Days 11 and 12
As planned, we set out for Verde Island. A survey carried out in 2005 (Carpenter and Springer) identified it as the “center of the center of marine shore fish biodiversity,” with a coral survey recordING 319 species and 74 genera of hard corals.
The island is a 45 minute or so boat ride from the resort, so it is planned as a “day out” with the whole team traveling together on a larger outrigger boat.
We shuttled out to the “mother ship” on one of the smaller boats.
The resort even sent a chef and waitress to provide lunch and inter-dive snacks!
There was a lot of camera gear on board!
We dived on a site called the Pinnacle, which unsurprisingly has a pinnacle that comes up from 60 meters or so. As such, it has a fair amount of current. This means that it is also full of very healthy hard corals, along with a considerable number and variety of reef fish.
After the dive, we headed for the island, which has an impressive collection of buildings.
Due to the current, we returned to the Pinnacle for a second dive, and we found more stunning corals and fish life.
As mentioned above, we put into the shore again for lunch. 2019 Rolex OWUSS scholar Neha Acharya-Patel started a beach clean-up, and we found and removed several large bags of plastic and trash from the beach.
In general, I would assess that the levels of plastic pollution are lower than that of some other areas, but it is nevertheless an all-pervasive problem.
From May through to November, the prevailing westerly winds bring the “Hagabat” or typhoon season. This can means that the afternoons can bring some quite stormy weather. Hence we decided to return to the local reefs off Puerto Galera for the third and final dive, diving a site called Hole in the Wall.
This had lots of macro subjects, including pygmy seahorses and some beautiful corals, but light levels had dropped a fair bit, making wide angle shots challenging.
When Sara Shoemaker Lind opened her Pelican box to get her housing out on arrival at Dumaguete, the shutter releases lever of her housing was bent. It is interesting to note that the only way that this could have happened was if the housing had been removed from the case and then dropped onto the shutter release. Her Pelican case bore the hallmark chalk X marks that seem to denote that they have been tagged for additional security check in the US, and it is strong, although not provable theory that the TSA agent removed the housing to inspect it and then dropped and damaged it.
Regardless, we were able to jury rig a solution that allows the housing to work after a fashion, while simultaneously contacting Ryan Canon of Nauticam to get a replacement part. Ryan and Nauticam pulled out all the stops, with the technical team even creating and sharing a photographic “workshop manual” to ensure that the repair was undertaken correctly. The part was shipped to Nauticam’s Philippines agent in Manila, Scuba Studio, and Tofer Morales and his team got the part sent to us in Puerto Galera.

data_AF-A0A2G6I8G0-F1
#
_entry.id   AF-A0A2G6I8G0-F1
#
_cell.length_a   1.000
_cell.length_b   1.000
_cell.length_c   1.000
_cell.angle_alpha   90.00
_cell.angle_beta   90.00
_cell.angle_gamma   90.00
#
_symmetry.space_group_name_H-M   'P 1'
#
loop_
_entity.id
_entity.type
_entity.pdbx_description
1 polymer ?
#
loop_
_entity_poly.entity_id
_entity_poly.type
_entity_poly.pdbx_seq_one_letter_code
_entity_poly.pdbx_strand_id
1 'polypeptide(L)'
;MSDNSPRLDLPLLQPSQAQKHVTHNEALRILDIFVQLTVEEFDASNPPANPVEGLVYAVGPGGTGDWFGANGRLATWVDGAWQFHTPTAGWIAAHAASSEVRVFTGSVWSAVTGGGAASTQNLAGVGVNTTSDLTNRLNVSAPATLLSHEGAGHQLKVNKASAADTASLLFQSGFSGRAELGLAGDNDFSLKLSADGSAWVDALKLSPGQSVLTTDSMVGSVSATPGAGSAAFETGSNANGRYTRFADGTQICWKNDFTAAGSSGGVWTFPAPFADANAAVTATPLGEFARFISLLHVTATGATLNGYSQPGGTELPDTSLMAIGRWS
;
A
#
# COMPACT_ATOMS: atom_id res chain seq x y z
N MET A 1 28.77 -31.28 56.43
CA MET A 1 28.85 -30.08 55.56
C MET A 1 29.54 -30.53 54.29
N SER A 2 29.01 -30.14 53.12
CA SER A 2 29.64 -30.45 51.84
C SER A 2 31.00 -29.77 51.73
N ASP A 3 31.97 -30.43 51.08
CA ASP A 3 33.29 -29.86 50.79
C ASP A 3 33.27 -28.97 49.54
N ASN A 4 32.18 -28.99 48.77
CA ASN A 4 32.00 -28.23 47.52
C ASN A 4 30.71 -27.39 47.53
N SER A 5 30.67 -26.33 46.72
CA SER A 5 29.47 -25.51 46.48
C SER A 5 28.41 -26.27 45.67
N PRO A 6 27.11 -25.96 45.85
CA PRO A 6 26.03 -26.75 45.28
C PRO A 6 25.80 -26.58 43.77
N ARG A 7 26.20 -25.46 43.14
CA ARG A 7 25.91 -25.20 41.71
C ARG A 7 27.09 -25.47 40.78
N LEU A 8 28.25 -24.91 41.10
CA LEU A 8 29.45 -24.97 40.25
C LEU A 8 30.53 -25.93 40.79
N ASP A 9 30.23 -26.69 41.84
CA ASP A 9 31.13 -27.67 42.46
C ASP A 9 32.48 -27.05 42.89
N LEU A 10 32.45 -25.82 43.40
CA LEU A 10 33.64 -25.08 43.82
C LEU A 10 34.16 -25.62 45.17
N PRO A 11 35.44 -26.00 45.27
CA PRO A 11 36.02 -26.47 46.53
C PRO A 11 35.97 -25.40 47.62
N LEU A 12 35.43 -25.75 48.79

The purpose of relaying this story is to emphasize how fantastic the customer service from this company was. They went to extreme lengths to try and help a fellow photographer in “distress.” Of course, there are plenty of examples of similar incredible efforts by other manufacturers, so perhaps when we consider the relatively high cost of our tools, we should factor in just how responsive they manufacturers can be when things go “horribly wrong.” Suffice to say, heartfelt thanks to Ryan, Tofer and the Scuba Studio and Nauticam teams.
The next day, we dived the sites around Puerto Galera. The tides were quite high, causing strong currents on some of the sites.
I was again shooting the Laowa 24mm f/14 2x macro probe lens, and found that subject select with it can be challenging. It definitely seems a tool that works best with a larger subject, in a situation where you can get very close to them.
However, equally, there is no problem with the lens being sharp, and as long as the subject is outside of its minimum focus distance, across the frame. The lens is a manual focus and manual aperture, which means that as you stop up, the image in the viewfinder gets progressively darker, which can be challenging in ensuring sharpness.
I also experimented with using it as a more conventional wide angle lens, from a different perspective:
I have also been using a Sony RX100VI in a Nauticam housing with the M2W and WWL-1 wet lenses.
Some of us elected to do a night dive at a site called Fantasea that is literally one minute’s boat ride in front of the resort.
It was a very productive dive…
Tomorrow is our last full day of diving for the group, so we look forward to lots more excitement!
Days 1 and 2.
Days 3 and 4.
Days 5, 6 and 7.
Days 9 and 10.
Days 11 and 12.